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First Aid for Fountain Pen Ink Poisoning

Last updated Sept. 28, 2017

Approved by: Krish Tangella MD, MBA, FCAP

An ink is a complex mixture of pigments and dyes that is available in liquid, paste, or even powder form. There are a variety of inks depending on the requirement - whether to write down class notes or for printing newspapers and magazines.


The topic First Aid for Fountain Pen Ink Poisoning you are seeking is a synonym, or alternative name, or is closely related to the topic First Aid for Ink Poisoning.

Please find relevant information on First Aid for Fountain Pen Ink Poisoning regarding cause, signs & symptoms, administration of first aid treatment, prognosis, preventive measures, and additional resources HERE.

Quick Summary:

  • An ink is a complex mixture of pigments and dyes that is available in liquid, paste, or even powder form. There are a variety of inks depending on the requirement - whether to write down class notes or for printing newspapers and magazines
  • Ink Poisoning is the accidental or intentional intake of any ink product. The exposure may also occur following skin or eye contact
  • The condition is diagnosed based upon the clinical history, combination of signs and symptoms, and additional tests (that may include, in some cases, radiological studies and laboratory tests)

Note:

  • In case of an emergency, call 911 (or your local emergency number) for assistance
  • In case of poisoning, call National Poison Control Center at 800-222-1222 (or your local poison control center) and follow instructions
  • Provide them with information such as dosage, type, strength and time of ingestion of medication, age, weight and general health status of affected individual

What are some Useful Resources for Additional Information on Fountain Pen Ink Poisoning?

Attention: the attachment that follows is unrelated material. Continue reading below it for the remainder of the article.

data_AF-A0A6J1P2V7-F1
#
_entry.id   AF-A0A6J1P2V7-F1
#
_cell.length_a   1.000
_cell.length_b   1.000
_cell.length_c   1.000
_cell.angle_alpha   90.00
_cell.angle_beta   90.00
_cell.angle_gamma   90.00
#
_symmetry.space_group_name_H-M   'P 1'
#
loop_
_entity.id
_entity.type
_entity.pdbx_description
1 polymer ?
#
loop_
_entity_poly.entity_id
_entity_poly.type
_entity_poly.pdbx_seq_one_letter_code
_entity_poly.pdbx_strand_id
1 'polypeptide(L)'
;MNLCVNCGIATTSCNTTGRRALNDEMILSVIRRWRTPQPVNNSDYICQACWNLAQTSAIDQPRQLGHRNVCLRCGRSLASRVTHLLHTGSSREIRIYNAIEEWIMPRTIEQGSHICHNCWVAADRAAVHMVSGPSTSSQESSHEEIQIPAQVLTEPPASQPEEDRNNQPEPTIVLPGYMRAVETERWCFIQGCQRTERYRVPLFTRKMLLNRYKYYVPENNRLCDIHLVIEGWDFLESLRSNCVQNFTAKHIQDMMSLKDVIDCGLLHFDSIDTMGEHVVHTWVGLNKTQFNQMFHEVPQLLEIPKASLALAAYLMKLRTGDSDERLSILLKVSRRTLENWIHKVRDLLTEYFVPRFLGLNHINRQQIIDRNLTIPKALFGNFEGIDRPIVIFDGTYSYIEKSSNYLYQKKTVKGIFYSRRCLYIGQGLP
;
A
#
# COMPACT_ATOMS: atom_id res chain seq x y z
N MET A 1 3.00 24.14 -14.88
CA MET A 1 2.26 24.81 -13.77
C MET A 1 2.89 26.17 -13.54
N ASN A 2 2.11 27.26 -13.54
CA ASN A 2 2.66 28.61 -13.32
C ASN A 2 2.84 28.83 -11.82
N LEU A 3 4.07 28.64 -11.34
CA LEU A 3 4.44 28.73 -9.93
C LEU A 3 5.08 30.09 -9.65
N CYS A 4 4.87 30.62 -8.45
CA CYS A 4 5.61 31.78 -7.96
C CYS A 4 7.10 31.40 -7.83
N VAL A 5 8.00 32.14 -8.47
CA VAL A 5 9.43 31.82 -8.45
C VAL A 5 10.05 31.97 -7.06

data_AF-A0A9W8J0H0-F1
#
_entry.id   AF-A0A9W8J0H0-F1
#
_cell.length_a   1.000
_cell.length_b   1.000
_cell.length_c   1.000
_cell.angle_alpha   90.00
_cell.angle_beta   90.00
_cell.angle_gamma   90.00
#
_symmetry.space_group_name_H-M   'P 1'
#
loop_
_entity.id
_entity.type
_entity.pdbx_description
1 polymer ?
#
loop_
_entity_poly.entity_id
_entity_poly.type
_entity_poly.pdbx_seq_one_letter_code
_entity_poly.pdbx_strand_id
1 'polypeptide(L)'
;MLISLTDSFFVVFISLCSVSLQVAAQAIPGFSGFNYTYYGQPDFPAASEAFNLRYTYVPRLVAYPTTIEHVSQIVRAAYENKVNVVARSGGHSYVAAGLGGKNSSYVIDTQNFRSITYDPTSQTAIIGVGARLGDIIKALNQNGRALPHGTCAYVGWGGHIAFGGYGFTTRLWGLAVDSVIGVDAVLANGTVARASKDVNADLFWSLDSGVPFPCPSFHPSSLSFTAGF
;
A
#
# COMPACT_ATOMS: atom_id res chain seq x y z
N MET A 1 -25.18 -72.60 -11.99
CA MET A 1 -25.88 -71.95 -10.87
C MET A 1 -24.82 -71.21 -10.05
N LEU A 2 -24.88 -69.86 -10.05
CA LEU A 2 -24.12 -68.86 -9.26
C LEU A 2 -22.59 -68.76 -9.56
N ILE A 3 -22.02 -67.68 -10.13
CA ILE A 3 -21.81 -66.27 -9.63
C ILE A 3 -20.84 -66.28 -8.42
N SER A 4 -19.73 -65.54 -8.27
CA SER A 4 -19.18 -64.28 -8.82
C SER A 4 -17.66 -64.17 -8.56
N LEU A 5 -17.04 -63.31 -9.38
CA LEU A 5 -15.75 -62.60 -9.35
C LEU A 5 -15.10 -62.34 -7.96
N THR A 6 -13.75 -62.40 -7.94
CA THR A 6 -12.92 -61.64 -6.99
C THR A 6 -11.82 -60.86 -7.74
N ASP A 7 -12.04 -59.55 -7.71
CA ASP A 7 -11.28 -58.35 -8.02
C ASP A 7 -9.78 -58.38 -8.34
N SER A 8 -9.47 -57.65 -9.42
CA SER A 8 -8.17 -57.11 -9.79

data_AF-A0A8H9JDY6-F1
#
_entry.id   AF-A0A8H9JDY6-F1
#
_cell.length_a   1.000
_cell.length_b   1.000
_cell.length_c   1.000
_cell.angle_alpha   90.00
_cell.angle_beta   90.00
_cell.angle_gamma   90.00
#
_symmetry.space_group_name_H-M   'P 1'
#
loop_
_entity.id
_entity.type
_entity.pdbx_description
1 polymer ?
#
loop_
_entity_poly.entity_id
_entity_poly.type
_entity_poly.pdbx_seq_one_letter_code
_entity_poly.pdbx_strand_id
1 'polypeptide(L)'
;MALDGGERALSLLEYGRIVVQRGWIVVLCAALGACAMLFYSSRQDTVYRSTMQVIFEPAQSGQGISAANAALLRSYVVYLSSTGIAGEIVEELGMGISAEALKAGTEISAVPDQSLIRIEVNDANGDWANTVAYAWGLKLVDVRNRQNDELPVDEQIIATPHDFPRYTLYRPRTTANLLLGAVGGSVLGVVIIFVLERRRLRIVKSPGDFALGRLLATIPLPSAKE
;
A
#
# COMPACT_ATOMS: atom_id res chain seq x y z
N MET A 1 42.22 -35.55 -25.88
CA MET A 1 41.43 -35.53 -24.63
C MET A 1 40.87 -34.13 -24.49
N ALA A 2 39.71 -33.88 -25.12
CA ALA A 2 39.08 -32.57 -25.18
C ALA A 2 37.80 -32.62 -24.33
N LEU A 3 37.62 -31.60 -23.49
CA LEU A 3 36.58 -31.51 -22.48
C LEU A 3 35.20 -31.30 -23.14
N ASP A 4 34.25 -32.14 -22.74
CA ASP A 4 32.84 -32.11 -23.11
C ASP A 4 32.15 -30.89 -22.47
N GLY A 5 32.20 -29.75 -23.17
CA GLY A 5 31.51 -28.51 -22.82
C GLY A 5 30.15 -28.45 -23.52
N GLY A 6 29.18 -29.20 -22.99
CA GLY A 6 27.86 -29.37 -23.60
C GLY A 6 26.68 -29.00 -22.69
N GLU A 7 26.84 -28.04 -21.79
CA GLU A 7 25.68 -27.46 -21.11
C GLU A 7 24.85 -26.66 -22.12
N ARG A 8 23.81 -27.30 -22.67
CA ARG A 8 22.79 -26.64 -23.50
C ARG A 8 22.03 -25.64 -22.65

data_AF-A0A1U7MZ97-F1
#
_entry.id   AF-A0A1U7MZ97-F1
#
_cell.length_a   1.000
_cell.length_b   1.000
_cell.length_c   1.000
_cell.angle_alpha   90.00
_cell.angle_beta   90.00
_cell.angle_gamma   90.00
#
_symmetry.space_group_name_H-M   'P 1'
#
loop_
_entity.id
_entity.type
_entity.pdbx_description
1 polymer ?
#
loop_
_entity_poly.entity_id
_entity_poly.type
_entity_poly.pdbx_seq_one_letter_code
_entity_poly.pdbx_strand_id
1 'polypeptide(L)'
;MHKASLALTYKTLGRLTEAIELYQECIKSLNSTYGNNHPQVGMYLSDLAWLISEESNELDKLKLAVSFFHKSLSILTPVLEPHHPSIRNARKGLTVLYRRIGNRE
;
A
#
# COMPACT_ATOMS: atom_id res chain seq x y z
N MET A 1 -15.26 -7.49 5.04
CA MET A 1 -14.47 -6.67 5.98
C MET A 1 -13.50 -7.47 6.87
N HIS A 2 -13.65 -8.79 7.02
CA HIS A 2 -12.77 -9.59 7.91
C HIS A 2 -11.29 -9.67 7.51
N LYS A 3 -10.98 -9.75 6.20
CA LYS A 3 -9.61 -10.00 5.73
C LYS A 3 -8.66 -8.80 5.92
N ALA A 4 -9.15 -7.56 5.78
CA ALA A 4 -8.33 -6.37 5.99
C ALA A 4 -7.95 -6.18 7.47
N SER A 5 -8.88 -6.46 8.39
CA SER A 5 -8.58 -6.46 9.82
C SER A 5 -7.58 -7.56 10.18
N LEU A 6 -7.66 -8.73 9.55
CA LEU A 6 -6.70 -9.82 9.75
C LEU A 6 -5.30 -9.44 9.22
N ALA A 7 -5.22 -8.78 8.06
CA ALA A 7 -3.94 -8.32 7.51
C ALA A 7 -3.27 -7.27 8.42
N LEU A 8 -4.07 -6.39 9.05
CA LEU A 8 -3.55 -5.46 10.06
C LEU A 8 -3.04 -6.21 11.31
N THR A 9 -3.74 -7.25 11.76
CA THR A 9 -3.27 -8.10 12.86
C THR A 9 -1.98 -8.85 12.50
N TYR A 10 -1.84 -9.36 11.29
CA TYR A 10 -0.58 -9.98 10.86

National Capital Poison Center (USA)
3201 New Mexico Ave, Suite 310 Washington, DC 20016
Administrative Line: (202) 362-3867
Emergency Line: 1 (800) 222-1222
Fax: (202) 362-8377
Email: pc@poison.org
Website: http://www.poison.org

American Association of Poison Control Centers (USA)
515 King St., Suite 510, Alexandria, VA 22314
Phone: (703) 894-1858
Email: info@aapcc.org
Website: http://www.aapcc.org

References and Information Sources used for Fountain Pen Ink Poisoning:

https://medlineplus.gov/ency/article/002791.htm (accessed on 09/28/2017)

http://www.wisegeekhealth.com/what-are-the-symptoms-of-ink-poisoning.htm (accessed on 09/28/2017)

http://www.livestrong.com/article/22877-ink-poisoning-symptoms/ (accessed on 09/28/2017)

https://www.fda.gov/ForConsumers/ConsumerUpdates/ucm253338.htm (accessed on 09/28/2017)

Helpful Peer-Reviewed Medical Articles for Fountain Pen Ink Poisoning:

Zhou, Y., Liu, J., Ye, J., Zou, Z., Ye, J., Gu, J., ... & Yang, A. (2010). Poisoning and regeneration of Pd catalyst in direct formic acid fuel cell. Electrochimica Acta, 55(17), 5024-5027.

Sadayan, P., Thiyagarajan, S., & Balakrishnan, B. (2013). Inhibitory activity of ink and body tissue extracts of Euprymna Stenodactyla and Octopus Dollfusi aganist histamine producing bacteria. Middle-East Journal of Scientific Research, 16(4), 514-518.

Behera, C., Garudadhri, G. V., Pradhan, M., Khurana, N., & Dikshit, P. C. (2012). Fatal nitrobenzene poisoning: Some case reports and medicolegal aspects.

Zięba‐Palus, J., & Trzcińska, B. M. (2011). Establishing of chemical composition of printing ink. Journal of forensic sciences, 56(3), 819-821.

Hsu, H. Y., & Tongol, B. J. (2013). Electrochemical and surface characteristics of carbon-supported PtSn electrocatalysts for ethanol electro-oxidation: possible application for inkjet ink formulations. Advances in Natural Sciences: Nanoscience and Nanotechnology, 4(1), 015012.

Reviewed and Approved by a member of the DoveMed Editorial Board
First uploaded: Sept. 28, 2017
Last updated: Sept. 28, 2017